This Year in Mobile: 10 Unmissable Libraries for iOS Developers
As we reach the end of 2016, let's take a look at the most popular libraries for Swift app developers.
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2016 was a big year for Swift, with a well-received release of Swift 3.0. There's no doubt that the decision to open-source the language in 2015 strengthened the language. Throughout the year, we saw a number of great libraries in our "This Week in Mobile" series on DZone. Here's a run down of the best of these libraries
LinkedIn open-sourced LayoutKit, one of their own libraries used in their apps. It's billed as a fast view layout library for iOS, macOS, and tvOS. It's intended to solve the issue of Auto Layout not being performant enough for complicated view hierarchies in scrollable views. If you're building a UICollectionView or UITableView, be sure to check it out here.
ScrollableGraphView is an adaptive scrollable graph view for iOS to visualize simple discrete datasets with the ability to scroll through the graph. This UI component looks amazing with smooth scrolling and animations. If you're building any app that needs to display data, bring it to the next level with the best graph view library on iOS.
Advance is a powerful animation framework for iOS, tvOS, and macOS. The framework helps you build gesture-based animations that use physics to reflect the behavior of the real world. Although the developers recommend using the built-in animation libraries for more basic cases, it's worth a look if you need to do something a little special.
There are so many ways to learn how to build a great app and put the right architecture in place. The best way is to learn from the leaders in the industry. Kickstarter open sourced their iOS and Android apps towards the end of 2016, showing the libraries they depend on, the additional libraries they created and the approaches they take in developing an app.
ExpandingCollection is a card peek and pop controller, released as a showcase of what Ramotion Inc., an app development company can do. Although integrating the library takes a few steps, it all makes perfect sense, and you end up with results like the following image.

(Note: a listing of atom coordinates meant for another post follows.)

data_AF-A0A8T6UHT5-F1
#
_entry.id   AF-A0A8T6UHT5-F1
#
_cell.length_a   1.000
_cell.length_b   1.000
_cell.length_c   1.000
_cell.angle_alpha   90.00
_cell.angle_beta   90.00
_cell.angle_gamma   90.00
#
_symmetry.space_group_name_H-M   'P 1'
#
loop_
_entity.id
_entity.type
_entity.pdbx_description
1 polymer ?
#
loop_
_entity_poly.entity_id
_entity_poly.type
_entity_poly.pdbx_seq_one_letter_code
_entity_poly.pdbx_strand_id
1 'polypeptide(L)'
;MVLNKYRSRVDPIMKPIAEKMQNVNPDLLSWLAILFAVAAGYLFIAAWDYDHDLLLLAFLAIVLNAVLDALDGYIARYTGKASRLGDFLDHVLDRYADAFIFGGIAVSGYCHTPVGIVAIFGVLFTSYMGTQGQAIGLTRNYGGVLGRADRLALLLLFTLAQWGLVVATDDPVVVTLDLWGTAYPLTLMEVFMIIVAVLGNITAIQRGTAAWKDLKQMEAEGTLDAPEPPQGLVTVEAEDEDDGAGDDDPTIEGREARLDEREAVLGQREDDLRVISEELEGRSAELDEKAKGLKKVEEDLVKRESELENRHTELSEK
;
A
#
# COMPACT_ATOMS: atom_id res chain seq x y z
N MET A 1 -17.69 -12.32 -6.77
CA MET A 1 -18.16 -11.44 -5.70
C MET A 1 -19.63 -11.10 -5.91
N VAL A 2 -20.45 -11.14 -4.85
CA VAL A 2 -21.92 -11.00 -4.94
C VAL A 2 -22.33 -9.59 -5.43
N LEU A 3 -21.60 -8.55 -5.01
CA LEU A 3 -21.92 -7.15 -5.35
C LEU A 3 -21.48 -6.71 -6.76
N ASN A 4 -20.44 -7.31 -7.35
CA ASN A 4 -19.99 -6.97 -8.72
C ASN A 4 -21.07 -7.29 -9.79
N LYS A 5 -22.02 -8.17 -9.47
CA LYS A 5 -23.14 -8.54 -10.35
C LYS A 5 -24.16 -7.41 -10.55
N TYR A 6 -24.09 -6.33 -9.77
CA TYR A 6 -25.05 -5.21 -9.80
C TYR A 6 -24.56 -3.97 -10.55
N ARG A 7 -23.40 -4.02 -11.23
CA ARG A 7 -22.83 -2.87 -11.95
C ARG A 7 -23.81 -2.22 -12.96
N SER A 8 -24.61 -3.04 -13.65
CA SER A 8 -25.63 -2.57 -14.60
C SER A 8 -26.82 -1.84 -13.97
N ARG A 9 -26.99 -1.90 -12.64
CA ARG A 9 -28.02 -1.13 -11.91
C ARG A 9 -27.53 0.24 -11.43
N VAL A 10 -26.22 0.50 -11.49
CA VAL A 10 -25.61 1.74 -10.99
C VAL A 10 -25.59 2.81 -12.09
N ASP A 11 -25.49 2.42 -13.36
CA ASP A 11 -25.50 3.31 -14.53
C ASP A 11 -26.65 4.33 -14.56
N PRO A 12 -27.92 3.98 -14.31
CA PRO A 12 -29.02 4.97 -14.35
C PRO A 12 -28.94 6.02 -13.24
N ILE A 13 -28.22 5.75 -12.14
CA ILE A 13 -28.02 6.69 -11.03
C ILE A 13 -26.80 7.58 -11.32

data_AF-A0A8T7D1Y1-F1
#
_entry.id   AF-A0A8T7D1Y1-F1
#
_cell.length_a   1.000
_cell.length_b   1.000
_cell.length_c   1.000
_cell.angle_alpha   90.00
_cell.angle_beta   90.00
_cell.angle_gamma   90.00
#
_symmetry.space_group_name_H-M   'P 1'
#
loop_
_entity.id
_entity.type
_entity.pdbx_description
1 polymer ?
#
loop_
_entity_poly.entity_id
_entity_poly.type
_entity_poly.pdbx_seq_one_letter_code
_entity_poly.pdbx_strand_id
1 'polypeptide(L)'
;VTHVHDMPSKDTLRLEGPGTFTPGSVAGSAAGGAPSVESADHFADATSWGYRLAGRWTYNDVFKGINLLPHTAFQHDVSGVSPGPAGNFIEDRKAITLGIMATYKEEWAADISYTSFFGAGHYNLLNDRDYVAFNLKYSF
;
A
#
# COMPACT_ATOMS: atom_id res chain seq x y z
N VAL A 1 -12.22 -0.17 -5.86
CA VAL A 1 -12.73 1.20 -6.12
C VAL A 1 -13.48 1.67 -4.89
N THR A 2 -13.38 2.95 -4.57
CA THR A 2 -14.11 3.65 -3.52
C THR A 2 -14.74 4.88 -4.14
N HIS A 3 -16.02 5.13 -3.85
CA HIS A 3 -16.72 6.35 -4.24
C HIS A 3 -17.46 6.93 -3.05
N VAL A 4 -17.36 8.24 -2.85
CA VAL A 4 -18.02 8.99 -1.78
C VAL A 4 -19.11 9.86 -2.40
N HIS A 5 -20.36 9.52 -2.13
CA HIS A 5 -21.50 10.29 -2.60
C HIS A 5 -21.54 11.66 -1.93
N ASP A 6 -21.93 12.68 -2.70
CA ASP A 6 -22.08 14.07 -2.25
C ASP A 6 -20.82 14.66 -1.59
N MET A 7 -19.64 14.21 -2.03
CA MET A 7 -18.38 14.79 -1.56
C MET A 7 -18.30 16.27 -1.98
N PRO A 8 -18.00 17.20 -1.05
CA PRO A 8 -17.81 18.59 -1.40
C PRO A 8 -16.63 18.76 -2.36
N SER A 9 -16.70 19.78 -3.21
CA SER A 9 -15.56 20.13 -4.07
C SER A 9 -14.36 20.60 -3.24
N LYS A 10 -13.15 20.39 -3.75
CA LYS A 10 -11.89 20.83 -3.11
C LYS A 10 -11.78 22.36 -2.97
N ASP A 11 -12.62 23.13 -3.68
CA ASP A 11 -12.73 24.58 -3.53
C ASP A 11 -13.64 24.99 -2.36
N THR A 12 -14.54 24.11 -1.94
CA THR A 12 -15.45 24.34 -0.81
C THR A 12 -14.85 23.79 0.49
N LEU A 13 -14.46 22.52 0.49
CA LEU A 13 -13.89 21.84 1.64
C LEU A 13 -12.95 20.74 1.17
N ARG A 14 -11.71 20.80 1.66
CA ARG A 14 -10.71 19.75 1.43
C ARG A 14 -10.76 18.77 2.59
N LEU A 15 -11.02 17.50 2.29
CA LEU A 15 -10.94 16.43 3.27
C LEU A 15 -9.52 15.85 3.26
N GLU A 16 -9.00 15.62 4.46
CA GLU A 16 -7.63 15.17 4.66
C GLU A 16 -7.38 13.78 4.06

15 Days of Animation in Swift
Tutorial series are very popular on GitHub, and this project gives you the opportunity to learn animations in Swift across 11 sample projects. It covers animations that you can use throughout your app such as in the navigation bar, loading dots, stretchy header, circular progress, and GIF animations.
Listing itself as the "Unofficial Swift Apple Calendar View," JTAppleCalendar is one of the best widgets out there. It allows you to style your date cells however you'd like them to look, select date ranges, and much more. This library sets a high standard for anyone thinking of providing a control for others to use!
Stellar is another fantastic physical animation library with a really simple API to express your animations in. The best part of it is that you can observe the completion of each step with promise-style declarations.
While Android developers can easily create common styles for their apps, it's a bit more complicated for iOS developers. Thankfully, StyleKit is here to make it so much easier. It's a microframework that enables you to style your application using a simple JSON file.
If anyone knows a thing or two about list based applications, it's Instagram. They released IGListKit, a data-driven UICollectionView framework for building fast and flexible lists. Written in Objective-C, it has full Swift interop support. Use it to reduce the size of your view controllers and create lists that update really quickly!
Working with Android? We've compiled 2016's top 10 list here.
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